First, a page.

Detailed information about the course

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Infrastructure and Life


June 15-17


Zarina Urmanbetova, UNIFR

Björn Reichhardt, UNIFR

Prof. Agnieszka Joniak-Lüthi, UNIFR


Prof. Tina Harris, University of Amsterdam



Although roads, dams, power lines, airports, server farms and other infrastructures are ubiquitous, until recently they have existed only on the margins of anthropological enquiry. This has changed in the past decade, as the anthropology of infrastructure has become a burgeoning debate within our discipline.


Anthropologists study infrastructure to understand how humans (and also non-humans) engage with technology and the material world around them, and how our lives change in course of the material transformations of our environment. We study how infrastructures inscribe themselves onto and transform the existing power relations, identity politics, and ethnic, 'racial', gender, and economic inequalities. Every infrastructure is a conglomerate of investment capital, the locally- and globally-circulating labourers, knowledges, materials and resources. Anthropologists use infrastructure projects are prisms to study such discourses, regimes and relationships. Mobile and immobile transport infrastructures – roads, airports, planes, oceanic ships – are major pollutants and as such at the center of environmental debates. Also the currently burgeoning 'cloud'-infrastructures, which require the support of huge server farms with their high energy consumption are equally ambiguous in environmental terms.


Though infrastructures are typically thought of as facilitators, some do the opposite. Walls, barbed wires, surveillance cameras are there to trace and block the undesired subjects: refugees, unregistered migrants, political opposition. In the pandemic, the role of transport infrastructure as facilitators of global travels of viruses and other invisible forms of life has become highly visible. On the other hand, the pandemic shone the light on hospitals and schools as critical societal infrastructures. Reflecting on infrastructures in academia can be fruitful too: how is knowledge organized? what kind of publishing infrastructures are there? what do they enable and what do they prohibit us from doing? The time when infrastructure was simplistically considered the tool of "development" and "progress" is definitely over. It has been interestingly theorized and social scientists have been very successful in demonstrating its complexity and ambiguity.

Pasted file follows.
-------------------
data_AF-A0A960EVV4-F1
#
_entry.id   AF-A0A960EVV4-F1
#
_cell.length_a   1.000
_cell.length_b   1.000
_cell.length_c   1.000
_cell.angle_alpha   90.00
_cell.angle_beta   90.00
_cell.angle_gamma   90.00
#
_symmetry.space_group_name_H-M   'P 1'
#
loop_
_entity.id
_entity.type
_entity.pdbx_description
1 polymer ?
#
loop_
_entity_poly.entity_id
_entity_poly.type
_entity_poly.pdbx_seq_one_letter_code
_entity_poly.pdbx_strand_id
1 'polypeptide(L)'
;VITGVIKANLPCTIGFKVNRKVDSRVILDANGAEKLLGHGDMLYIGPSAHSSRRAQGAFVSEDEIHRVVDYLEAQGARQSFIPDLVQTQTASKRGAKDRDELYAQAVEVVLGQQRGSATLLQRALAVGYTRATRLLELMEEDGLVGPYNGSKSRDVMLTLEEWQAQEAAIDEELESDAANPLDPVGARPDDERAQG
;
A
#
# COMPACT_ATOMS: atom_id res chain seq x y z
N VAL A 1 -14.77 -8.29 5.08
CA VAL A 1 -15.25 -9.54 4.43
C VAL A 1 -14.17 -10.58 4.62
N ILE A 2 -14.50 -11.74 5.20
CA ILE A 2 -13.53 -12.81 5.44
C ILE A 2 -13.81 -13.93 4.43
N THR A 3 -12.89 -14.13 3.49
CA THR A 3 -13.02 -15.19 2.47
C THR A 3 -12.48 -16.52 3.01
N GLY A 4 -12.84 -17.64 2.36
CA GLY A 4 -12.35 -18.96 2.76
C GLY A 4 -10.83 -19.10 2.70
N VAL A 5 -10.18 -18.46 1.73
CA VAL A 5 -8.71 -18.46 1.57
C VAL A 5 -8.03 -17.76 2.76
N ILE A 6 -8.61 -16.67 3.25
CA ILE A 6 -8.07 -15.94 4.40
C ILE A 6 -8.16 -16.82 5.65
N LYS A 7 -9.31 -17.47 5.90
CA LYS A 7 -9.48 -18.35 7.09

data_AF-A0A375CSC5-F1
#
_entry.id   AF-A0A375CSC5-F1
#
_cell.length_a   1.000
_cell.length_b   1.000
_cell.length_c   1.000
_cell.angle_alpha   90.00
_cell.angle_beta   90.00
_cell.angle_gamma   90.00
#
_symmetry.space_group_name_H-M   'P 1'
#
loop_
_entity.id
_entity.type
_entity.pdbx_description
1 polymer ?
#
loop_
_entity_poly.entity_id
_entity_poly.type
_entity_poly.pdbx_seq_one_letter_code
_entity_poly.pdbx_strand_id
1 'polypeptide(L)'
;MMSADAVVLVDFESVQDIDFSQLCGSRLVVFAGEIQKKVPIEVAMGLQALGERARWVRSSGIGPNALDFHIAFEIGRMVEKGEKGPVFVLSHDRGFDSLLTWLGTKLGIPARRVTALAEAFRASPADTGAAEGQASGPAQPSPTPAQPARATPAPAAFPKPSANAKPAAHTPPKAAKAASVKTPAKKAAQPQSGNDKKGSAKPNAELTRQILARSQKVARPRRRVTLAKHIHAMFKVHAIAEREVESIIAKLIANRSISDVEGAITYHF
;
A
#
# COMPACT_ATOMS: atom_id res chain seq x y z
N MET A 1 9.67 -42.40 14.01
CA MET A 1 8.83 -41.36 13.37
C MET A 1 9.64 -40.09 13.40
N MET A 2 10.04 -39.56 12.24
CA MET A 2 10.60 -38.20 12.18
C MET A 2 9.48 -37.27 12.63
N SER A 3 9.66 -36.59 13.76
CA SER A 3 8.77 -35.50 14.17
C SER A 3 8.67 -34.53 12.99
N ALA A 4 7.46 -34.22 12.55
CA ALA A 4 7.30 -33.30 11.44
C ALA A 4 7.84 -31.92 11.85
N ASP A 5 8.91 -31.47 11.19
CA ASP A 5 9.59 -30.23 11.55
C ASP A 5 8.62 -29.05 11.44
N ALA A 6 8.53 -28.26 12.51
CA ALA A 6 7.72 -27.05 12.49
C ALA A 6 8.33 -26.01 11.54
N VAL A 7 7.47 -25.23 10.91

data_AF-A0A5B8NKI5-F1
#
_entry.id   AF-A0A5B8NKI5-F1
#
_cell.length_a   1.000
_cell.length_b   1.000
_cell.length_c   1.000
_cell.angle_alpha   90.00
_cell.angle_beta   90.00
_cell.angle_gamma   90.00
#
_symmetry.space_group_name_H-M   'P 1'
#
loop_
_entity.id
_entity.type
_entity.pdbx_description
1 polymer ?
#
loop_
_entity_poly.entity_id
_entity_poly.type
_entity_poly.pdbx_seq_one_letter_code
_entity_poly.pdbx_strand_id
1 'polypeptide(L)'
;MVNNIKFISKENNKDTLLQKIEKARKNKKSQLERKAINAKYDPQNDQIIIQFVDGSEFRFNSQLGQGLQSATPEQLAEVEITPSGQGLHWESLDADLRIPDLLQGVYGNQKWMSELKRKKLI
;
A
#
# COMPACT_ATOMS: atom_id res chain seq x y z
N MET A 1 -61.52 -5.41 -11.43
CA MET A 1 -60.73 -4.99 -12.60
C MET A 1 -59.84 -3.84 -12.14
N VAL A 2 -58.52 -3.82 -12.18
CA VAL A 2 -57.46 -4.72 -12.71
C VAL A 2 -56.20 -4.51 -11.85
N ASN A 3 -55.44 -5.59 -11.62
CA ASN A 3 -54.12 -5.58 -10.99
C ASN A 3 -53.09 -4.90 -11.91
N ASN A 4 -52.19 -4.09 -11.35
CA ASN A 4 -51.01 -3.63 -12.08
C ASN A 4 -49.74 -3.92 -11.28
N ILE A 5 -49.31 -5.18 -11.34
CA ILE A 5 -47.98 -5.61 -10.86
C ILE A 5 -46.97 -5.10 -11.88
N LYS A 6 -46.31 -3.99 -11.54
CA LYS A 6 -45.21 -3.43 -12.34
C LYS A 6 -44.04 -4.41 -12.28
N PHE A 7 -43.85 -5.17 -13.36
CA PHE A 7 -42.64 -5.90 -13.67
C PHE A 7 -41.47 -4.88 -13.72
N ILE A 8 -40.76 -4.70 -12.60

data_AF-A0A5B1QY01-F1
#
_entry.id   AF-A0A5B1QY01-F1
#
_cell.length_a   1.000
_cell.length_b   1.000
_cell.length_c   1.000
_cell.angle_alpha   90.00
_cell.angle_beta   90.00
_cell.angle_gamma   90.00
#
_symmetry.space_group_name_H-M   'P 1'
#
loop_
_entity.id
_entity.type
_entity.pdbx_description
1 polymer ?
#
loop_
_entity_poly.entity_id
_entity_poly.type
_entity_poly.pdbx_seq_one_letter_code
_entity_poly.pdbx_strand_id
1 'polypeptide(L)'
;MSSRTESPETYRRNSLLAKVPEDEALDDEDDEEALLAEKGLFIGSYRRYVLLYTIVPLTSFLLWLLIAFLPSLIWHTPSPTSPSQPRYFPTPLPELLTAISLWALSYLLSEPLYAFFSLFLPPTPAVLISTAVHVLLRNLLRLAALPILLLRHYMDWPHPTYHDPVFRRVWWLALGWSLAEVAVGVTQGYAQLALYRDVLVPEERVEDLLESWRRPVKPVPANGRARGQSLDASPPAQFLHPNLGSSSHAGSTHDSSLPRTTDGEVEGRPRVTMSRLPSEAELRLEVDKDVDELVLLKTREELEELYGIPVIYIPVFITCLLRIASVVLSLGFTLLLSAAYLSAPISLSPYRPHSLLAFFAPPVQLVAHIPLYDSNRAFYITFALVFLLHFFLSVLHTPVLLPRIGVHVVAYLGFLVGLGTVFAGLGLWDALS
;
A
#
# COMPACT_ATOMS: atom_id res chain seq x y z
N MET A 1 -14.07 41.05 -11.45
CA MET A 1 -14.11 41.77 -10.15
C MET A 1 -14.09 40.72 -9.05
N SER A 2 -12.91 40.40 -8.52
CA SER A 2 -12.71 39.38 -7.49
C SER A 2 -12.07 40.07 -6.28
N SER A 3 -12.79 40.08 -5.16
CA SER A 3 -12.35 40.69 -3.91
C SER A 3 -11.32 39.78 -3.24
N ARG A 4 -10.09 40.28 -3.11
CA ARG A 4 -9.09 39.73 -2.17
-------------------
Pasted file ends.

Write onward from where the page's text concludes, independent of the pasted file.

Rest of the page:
This module should be of interest to doctoral researchers who focus on the questions of (im)mobility, migration, human-environmental relations, the Anthropocene, multispecies or human-animal relations, the built environment, technology, and anthropological methodology, among others. It is expected that 6-8 workshop participants will present papers based on their research. Key literature on recent developments in infrastructure studies will be provided well ahead to facilitate the collective reflection on the papers. The peers, the team of the research project 'ROADWORK: An Anthropology of Infrastructure at China's Inner Asian Borders' ( and two invited guests (Prof. Tina Harris, University of Amsterdam and Prof. Ashley Carse, Vanderbilt University) will provide feedback on the papers and discuss their own research. A visit at the hydro-power plant at Lago di Lei or another infrastructure project in Graubünden will round up the workshop.


Readings will be communicated in mid-May 2022.


Juf (Graubünden)



Deadline for registration 01.06.2022
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